Catholic Herald staff
With signs, gifts and gestures of kindness, parishioners in Minong, Gordon and Solon Springs are rolling out the welcome mat.
In 2012, the parishes of St. Mary, St. Anthony of Padua and St. Pius X, respectively, embarked on a mission to reach out to one another, visitors and their communities. Fr. James Kinney, pastor, led the discussion of how to create a more cordial environment, said John Hallman, member of a tri-parish welcoming committee tasked with carrying out the initiative.
One of the committee’s first ideas was to contact potential parishioners and personally deliver a welcome kit.
“The resultant cardboard box … contains a mission statement, a pamphlet with Mass schedules and parish histories, names and phone numbers of various committees and ministries within the cluster, and a resource listing of area social and recreational contacts, as well as a treat, such as a jar of jam, flower seeds or a holy card,” Hallman explained.
Committee members also designated a “friendship Sunday” at each parish to encourage camaraderie; on the third Sunday of each month, parishioners gather for fellowship, coffee and pastries.
“The process resulted in a Gordon restaurant offering free use of a private dining area to the St. Anthony Parish, which has no meeting facilities,” Hallman added, “and those good neighbors even provide the coffee without charge.”
One Sunday, Fr. Kinney asked his parishioners who among them had traveled farthest for Mass, and he offered a gift to a visitor from Massachusetts. The tradition continues – on friendship Sundays, a bulletin is marked, and the person with the marked bulletin receives a small gift donated by another parishioner.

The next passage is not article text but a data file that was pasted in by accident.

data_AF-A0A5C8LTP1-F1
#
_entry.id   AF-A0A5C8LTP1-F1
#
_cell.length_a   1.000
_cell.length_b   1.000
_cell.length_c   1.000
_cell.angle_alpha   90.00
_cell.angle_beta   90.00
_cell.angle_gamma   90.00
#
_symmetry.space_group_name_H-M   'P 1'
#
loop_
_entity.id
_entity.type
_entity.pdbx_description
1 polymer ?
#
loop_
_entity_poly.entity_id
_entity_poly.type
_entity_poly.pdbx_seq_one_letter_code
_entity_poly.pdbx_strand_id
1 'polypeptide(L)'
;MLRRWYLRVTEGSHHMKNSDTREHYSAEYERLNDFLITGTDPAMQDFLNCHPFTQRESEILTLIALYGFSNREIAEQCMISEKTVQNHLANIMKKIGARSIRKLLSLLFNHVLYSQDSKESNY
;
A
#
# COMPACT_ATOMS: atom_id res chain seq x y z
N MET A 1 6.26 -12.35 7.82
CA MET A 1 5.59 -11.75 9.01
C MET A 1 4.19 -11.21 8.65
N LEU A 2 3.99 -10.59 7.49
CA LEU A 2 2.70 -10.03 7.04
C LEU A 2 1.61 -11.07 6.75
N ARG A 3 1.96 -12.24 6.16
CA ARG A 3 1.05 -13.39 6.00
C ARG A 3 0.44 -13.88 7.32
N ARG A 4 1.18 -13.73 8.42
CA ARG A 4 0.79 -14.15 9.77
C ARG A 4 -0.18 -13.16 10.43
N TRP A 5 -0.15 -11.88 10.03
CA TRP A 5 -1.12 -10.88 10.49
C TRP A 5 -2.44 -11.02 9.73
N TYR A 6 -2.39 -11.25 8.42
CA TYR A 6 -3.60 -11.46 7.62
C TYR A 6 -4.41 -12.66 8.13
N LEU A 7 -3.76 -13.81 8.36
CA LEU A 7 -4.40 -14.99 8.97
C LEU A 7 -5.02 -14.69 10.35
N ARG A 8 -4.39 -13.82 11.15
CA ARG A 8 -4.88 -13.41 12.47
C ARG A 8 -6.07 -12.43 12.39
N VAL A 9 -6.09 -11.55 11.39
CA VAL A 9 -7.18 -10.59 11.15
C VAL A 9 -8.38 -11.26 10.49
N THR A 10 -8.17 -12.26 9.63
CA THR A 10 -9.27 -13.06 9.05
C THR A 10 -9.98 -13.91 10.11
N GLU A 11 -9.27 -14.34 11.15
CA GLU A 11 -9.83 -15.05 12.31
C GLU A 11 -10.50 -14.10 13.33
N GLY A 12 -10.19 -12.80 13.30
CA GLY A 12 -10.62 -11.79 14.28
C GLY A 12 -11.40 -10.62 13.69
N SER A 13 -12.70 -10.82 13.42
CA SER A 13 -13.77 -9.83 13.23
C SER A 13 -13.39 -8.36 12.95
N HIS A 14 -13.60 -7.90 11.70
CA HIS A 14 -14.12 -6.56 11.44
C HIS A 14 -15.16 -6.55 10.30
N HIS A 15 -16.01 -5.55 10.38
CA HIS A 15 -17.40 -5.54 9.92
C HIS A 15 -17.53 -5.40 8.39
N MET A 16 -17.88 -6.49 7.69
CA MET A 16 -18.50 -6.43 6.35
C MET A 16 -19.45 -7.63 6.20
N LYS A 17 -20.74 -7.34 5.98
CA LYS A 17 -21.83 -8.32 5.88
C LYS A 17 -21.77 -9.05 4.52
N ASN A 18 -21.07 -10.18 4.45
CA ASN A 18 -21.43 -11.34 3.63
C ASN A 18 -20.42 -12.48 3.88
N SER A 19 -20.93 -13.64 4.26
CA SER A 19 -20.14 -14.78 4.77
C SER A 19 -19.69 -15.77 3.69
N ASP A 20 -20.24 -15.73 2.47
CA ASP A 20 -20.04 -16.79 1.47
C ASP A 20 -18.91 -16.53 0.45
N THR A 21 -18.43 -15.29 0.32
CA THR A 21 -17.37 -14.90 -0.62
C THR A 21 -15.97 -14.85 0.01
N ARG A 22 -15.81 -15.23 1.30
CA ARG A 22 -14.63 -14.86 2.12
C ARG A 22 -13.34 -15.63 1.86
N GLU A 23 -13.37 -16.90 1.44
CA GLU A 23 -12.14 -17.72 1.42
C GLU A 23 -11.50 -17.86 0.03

“Ambassadors of friendship” are another of the committee’s inspirations. The greeters welcome Mass-goers at the door, assist handicapped people and serve as the friendly face of their parish.
Even before they reach the door, visitors know they’ve come to a neighborly place. Outside each church, a series of signs line the driveway – all say “welcome” in various colors and languages – and “All welcome” signs have also been attached to each church’s identification sign.
Inside, wooden wall plaques encourage “touch as a means of greeting,” Hallman said. One plaque reads, “A kind touch conveys much.” Another says, “Hugs can heal.”
“Since Christ set an example by touching the eyes of the blind, healing lepers and washing the feet of the disciples … being effective disciples ourselves might mean reaching out in similar ways,” he added.
Individual parishes continue to generate their own welcoming gestures. At St. Mary’s, for example, there’s a bounty table where gardeners can share excess fruits and vegetables during the harvest season. In the winter, St. Mary’s “parking lot disciples” help clear the snow and ice off cars.
“This impromptu gesture is just one byproduct of the new welcoming culture that has been established,” Hallman commented. “After two years, it is evident at all three parishes that parishioners are more relaxed and talkative with each other. All seem more comfortable giving hellos, hugs, smiles and welcoming gestures at the beginning of Mass, as well as giving more participation in the gathering as a whole.”
Although the cluster has recently welcomed several new members, Hallman can’t say with any certainty what compelled them to join. Parishes don’t keep tabs on that, he said. But, he believes in the power of prayer, and each weekend, Fr. Kinney encourages everyone to pray for Catholics who no longer attend.
“I guess you could call it his ongoing search for ‘re-verts,’ and that surely is a more powerful force than any other we may eventually develop,” he added.